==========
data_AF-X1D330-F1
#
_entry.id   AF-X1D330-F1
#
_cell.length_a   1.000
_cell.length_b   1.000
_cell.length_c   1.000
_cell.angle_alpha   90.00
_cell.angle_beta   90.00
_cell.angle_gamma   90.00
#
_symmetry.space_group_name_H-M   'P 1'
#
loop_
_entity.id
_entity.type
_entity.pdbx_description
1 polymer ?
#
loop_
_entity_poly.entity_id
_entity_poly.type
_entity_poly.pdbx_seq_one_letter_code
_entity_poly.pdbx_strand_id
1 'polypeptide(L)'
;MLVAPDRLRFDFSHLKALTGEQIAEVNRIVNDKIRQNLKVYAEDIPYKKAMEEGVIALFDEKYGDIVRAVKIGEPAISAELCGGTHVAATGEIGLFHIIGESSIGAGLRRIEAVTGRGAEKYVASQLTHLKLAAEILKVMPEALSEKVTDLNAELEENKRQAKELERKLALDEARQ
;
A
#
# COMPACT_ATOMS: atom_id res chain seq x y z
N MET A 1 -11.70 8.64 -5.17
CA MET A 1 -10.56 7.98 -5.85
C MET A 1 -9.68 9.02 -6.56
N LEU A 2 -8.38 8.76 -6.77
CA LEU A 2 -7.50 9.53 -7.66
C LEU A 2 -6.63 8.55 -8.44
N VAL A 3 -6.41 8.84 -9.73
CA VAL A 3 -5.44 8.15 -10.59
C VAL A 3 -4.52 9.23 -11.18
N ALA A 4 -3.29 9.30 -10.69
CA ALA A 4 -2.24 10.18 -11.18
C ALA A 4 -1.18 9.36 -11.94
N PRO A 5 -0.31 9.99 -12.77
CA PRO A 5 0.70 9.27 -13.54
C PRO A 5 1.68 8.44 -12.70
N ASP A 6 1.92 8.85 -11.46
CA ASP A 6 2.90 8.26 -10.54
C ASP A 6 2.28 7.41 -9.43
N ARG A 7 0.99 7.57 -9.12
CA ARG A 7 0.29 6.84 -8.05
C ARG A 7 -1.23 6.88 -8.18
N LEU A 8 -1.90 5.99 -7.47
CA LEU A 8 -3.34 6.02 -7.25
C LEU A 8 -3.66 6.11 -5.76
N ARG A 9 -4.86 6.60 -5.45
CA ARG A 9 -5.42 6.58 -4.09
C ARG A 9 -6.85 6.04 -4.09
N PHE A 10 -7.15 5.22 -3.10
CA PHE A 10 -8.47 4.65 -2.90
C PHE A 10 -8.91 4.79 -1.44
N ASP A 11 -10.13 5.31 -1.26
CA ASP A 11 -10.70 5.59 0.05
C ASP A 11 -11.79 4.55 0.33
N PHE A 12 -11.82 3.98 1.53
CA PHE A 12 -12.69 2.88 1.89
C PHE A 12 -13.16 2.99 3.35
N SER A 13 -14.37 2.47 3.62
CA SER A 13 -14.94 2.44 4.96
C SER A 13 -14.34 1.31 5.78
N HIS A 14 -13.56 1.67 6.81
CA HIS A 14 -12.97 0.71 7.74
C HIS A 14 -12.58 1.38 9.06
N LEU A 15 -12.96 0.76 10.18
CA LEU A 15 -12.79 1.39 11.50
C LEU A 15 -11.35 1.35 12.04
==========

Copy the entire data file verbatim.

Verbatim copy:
data_AF-X1D330-F1
#
_entry.id   AF-X1D330-F1
#
_cell.length_a   1.000
_cell.length_b   1.000
_cell.length_c   1.000
_cell.angle_alpha   90.00
_cell.angle_beta   90.00
_cell.angle_gamma   90.00
#
_symmetry.space_group_name_H-M   'P 1'
#
loop_
_entity.id
_entity.type
_entity.pdbx_description
1 polymer ?
#
loop_
_entity_poly.entity_id
_entity_poly.type
_entity_poly.pdbx_seq_one_letter_code
_entity_poly.pdbx_strand_id
1 'polypeptide(L)'
;MLVAPDRLRFDFSHLKALTGEQIAEVNRIVNDKIRQNLKVYAEDIPYKKAMEEGVIALFDEKYGDIVRAVKIGEPAISAELCGGTHVAATGEIGLFHIIGESSIGAGLRRIEAVTGRGAEKYVASQLTHLKLAAEILKVMPEALSEKVTDLNAELEENKRQAKELERKLALDEARQ
;
A
#
# COMPACT_ATOMS: atom_id res chain seq x y z
N MET A 1 -11.70 8.64 -5.17
CA MET A 1 -10.56 7.98 -5.85
C MET A 1 -9.68 9.02 -6.56
N LEU A 2 -8.38 8.76 -6.77
CA LEU A 2 -7.50 9.53 -7.66
C LEU A 2 -6.63 8.55 -8.44
N VAL A 3 -6.41 8.84 -9.73
CA VAL A 3 -5.44 8.15 -10.59
C VAL A 3 -4.52 9.23 -11.18
N ALA A 4 -3.29 9.30 -10.69
CA ALA A 4 -2.24 10.18 -11.18
C ALA A 4 -1.18 9.36 -11.94
N PRO A 5 -0.31 9.99 -12.77
CA PRO A 5 0.70 9.27 -13.54
C PRO A 5 1.68 8.44 -12.70
N ASP A 6 1.92 8.85 -11.46
CA ASP A 6 2.90 8.26 -10.54
C ASP A 6 2.28 7.41 -9.43
N ARG A 7 0.99 7.57 -9.12
CA ARG A 7 0.29 6.84 -8.05
C ARG A 7 -1.23 6.88 -8.18
N LEU A 8 -1.90 5.99 -7.47
CA LEU A 8 -3.34 6.02 -7.25
C LEU A 8 -3.66 6.11 -5.76
N ARG A 9 -4.86 6.60 -5.45
CA ARG A 9 -5.42 6.58 -4.09
C ARG A 9 -6.85 6.04 -4.09
N PHE A 10 -7.15 5.22 -3.10
CA PHE A 10 -8.47 4.65 -2.90
C PHE A 10 -8.91 4.79 -1.44
N ASP A 11 -10.13 5.31 -1.26
CA ASP A 11 -10.70 5.59 0.05
C ASP A 11 -11.79 4.55 0.33
N PHE A 12 -11.82 3.98 1.53
CA PHE A 12 -12.69 2.88 1.89
C PHE A 12 -13.16 2.99 3.35
N SER A 13 -14.37 2.47 3.62
CA SER A 13 -14.94 2.44 4.96
C SER A 13 -14.34 1.31 5.78
N HIS A 14 -13.56 1.67 6.81
CA HIS A 14 -12.97 0.71 7.74
C HIS A 14 -12.58 1.38 9.06
N LEU A 15 -12.96 0.76 10.18
CA LEU A 15 -12.79 1.39 11.50
C LEU A 15 -11.35 1.35 12.04